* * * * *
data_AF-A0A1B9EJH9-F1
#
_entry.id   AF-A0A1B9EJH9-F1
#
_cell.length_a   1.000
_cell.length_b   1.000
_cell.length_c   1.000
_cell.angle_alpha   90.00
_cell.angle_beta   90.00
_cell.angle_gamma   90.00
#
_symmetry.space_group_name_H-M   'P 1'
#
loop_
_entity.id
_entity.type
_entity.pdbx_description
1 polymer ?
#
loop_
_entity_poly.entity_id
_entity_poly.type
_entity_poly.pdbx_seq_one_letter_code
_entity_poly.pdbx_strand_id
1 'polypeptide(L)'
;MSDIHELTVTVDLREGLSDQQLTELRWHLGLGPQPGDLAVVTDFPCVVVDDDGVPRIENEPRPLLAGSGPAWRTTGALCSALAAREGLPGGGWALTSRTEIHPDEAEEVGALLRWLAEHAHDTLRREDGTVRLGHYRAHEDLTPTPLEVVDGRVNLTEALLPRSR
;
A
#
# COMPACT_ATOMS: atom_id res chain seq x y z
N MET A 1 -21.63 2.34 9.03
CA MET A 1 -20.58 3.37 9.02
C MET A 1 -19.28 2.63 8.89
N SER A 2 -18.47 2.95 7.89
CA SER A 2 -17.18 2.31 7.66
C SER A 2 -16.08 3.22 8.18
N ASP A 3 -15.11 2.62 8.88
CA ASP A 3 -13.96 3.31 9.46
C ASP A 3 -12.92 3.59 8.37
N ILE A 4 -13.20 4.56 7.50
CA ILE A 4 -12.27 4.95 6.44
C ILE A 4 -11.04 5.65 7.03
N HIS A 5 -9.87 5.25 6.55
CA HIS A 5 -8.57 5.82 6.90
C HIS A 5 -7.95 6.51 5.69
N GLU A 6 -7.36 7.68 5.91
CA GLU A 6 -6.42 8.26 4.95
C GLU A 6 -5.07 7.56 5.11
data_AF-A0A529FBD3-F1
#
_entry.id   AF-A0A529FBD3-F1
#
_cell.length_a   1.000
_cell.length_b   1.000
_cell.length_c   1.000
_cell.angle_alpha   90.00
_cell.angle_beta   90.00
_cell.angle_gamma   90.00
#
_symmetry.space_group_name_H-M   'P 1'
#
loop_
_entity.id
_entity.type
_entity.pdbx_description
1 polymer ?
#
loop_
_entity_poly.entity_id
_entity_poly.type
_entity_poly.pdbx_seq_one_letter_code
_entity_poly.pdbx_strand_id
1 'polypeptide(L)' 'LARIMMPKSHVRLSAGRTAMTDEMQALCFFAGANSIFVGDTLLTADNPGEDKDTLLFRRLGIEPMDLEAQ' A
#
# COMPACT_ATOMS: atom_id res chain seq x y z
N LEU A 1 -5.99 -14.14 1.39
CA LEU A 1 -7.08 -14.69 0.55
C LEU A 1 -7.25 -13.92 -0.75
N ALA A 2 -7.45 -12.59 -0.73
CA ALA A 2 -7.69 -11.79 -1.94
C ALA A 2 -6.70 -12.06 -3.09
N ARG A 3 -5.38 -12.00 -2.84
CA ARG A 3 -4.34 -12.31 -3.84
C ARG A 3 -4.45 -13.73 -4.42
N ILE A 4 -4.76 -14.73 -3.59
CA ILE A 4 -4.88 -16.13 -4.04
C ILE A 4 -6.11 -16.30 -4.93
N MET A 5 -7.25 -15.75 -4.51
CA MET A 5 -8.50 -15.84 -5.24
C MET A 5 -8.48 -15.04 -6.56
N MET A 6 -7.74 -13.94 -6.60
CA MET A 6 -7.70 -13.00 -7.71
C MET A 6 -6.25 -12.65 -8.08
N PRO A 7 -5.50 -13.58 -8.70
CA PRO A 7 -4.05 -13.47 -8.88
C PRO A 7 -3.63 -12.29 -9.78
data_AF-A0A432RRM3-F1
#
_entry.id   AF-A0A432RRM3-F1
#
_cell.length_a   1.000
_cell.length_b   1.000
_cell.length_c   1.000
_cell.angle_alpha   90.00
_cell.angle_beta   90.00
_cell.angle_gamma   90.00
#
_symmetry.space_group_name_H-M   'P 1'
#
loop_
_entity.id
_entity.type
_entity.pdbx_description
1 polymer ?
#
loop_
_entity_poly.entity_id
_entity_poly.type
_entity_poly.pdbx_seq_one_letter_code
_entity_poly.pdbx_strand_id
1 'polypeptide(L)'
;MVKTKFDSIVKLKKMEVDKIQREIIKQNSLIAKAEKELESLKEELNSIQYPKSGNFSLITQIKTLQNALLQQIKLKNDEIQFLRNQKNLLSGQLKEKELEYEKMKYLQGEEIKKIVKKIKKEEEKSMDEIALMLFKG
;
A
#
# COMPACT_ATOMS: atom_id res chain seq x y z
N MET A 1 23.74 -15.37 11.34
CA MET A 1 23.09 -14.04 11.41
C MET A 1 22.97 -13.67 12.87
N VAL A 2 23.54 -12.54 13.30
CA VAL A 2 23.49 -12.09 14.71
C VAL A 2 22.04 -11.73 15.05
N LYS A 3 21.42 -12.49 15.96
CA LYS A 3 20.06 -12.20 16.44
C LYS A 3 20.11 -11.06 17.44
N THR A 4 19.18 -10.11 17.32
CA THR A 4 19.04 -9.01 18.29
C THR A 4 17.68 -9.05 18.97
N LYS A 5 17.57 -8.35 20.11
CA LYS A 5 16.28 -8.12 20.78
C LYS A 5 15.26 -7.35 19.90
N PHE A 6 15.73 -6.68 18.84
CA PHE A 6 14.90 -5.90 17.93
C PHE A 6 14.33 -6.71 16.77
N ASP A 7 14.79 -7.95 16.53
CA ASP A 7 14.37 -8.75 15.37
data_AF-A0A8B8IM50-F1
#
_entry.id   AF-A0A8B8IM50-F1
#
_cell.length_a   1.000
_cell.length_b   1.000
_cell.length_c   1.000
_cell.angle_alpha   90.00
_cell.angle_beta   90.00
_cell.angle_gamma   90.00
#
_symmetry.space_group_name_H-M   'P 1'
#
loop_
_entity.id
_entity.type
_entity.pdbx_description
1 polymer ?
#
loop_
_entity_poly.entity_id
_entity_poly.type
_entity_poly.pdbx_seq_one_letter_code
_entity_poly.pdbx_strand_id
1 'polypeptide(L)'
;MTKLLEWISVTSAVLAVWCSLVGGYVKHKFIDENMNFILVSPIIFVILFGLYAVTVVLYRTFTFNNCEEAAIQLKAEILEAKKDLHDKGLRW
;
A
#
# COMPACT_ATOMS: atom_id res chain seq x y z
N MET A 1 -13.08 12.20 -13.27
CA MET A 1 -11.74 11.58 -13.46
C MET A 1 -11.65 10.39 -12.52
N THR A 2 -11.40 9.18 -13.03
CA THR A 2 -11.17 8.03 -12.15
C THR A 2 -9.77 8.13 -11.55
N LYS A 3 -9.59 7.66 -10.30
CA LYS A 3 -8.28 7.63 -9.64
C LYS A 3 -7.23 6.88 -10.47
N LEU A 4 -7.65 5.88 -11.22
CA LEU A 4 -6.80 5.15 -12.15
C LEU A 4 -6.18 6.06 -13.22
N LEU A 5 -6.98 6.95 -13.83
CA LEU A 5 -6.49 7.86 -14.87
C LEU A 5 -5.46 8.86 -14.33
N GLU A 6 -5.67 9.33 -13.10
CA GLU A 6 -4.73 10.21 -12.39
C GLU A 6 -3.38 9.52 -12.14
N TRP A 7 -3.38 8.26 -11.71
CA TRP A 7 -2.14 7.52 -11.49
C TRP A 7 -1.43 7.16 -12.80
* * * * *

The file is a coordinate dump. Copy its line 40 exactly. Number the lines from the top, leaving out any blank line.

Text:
N ILE A 4 -13.20 4.56 7.50